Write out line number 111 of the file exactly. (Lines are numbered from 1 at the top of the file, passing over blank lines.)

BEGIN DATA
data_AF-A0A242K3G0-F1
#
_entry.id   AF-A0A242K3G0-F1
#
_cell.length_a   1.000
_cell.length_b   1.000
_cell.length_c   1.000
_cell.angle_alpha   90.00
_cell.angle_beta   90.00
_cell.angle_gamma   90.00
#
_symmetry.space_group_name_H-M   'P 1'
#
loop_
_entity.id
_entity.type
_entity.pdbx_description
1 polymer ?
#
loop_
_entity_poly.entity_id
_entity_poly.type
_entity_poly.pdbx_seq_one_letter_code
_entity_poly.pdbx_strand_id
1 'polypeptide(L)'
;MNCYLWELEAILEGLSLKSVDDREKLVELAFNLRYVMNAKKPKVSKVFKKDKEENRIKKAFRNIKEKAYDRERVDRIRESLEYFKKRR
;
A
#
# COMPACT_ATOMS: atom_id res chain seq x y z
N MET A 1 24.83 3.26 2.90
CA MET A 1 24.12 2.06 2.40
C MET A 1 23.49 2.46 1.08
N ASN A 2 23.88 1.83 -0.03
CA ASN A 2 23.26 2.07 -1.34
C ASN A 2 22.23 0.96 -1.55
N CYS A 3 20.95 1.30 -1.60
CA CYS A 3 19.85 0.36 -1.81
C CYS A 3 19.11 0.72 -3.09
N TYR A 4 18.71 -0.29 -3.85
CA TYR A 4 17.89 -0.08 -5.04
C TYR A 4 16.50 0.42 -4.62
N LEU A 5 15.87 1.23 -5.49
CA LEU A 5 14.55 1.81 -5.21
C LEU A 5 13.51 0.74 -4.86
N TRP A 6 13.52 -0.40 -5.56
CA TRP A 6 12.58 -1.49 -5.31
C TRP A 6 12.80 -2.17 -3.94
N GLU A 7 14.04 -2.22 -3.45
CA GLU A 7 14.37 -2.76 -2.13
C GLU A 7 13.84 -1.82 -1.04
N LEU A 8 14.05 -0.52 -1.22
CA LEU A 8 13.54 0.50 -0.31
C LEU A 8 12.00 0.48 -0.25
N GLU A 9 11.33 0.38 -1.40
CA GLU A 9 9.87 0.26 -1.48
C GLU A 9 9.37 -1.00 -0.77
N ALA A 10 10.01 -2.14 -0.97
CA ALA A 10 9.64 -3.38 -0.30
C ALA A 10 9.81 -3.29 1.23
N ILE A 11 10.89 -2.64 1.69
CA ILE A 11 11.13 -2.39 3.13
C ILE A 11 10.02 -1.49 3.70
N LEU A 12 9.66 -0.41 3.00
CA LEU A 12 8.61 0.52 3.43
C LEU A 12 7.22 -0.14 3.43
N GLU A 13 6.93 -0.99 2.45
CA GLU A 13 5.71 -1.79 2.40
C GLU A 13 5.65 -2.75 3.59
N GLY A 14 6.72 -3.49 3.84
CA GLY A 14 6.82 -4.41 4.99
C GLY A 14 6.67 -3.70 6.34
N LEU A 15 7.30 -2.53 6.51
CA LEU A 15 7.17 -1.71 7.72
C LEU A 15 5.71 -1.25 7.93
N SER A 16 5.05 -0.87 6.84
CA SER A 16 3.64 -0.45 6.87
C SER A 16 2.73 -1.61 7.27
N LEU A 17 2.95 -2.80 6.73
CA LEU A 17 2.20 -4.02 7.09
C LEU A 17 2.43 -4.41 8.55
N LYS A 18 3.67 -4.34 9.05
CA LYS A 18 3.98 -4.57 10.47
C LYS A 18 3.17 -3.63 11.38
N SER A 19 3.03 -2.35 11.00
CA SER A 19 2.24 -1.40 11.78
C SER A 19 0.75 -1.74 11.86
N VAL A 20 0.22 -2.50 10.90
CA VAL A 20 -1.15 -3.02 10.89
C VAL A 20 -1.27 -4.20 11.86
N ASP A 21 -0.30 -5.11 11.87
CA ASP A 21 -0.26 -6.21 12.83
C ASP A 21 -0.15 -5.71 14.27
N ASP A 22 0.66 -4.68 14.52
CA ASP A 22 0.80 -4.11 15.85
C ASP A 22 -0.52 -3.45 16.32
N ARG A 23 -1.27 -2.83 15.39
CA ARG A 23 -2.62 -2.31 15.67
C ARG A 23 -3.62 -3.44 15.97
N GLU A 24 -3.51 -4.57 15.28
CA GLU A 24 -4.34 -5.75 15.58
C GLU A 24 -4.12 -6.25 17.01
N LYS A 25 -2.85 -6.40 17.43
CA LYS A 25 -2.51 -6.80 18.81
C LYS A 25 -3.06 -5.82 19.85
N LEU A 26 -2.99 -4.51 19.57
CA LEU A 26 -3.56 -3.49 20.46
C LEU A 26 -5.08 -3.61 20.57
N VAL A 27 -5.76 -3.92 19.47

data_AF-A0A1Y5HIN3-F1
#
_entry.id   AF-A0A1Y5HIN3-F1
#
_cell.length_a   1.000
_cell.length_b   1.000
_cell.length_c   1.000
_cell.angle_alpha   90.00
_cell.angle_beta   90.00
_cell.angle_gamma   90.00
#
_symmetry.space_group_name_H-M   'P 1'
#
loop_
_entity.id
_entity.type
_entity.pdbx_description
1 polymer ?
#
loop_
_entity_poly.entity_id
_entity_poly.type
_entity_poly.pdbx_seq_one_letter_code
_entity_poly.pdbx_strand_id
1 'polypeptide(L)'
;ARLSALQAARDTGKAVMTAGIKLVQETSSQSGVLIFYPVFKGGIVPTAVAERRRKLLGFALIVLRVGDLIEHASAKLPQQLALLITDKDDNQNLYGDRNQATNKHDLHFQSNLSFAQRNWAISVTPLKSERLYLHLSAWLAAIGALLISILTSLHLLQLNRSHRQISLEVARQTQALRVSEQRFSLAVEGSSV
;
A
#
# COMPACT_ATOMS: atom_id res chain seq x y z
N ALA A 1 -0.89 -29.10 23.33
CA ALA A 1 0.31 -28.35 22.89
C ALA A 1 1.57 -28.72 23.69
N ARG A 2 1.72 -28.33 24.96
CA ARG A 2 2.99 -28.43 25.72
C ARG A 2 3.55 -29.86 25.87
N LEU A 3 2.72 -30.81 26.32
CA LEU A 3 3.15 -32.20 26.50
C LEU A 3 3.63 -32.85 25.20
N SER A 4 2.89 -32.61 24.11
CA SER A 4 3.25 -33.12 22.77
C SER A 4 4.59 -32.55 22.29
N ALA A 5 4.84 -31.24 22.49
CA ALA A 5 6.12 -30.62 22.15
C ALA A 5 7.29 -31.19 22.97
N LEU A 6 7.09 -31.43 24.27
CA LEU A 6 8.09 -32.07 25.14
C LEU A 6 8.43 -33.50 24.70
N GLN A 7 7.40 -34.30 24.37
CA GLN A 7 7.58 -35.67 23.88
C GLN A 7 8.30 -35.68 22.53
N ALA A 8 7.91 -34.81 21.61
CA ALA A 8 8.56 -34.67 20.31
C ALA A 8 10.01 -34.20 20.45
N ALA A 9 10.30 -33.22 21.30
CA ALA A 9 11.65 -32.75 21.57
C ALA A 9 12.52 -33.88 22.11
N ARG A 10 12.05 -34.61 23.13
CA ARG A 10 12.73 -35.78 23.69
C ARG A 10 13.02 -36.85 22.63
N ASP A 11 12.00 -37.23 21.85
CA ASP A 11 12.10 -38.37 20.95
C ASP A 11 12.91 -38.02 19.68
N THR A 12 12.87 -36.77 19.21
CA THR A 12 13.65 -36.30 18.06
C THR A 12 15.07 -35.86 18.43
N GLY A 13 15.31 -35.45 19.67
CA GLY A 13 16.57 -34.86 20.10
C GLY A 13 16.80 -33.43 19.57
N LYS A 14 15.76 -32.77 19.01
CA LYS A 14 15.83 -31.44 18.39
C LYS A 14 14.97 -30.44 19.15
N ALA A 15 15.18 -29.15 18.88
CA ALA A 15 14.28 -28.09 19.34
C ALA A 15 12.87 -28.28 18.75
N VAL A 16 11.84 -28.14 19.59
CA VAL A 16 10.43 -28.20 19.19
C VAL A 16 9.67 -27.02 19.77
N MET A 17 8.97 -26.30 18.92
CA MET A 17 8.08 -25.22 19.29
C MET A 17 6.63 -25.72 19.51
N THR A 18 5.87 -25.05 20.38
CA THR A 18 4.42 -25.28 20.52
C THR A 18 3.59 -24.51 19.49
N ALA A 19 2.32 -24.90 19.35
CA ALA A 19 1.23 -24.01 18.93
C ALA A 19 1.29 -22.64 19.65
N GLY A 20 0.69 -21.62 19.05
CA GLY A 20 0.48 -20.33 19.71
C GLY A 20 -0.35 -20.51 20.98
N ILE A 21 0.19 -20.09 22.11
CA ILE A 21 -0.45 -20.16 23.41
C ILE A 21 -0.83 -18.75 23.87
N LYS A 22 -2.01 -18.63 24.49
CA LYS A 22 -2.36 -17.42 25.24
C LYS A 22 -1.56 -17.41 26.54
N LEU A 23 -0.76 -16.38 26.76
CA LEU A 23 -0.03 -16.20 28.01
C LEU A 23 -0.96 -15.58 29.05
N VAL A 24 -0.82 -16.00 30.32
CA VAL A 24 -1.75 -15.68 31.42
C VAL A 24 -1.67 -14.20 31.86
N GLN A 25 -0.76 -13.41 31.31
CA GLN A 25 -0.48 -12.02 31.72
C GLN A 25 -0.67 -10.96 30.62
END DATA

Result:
#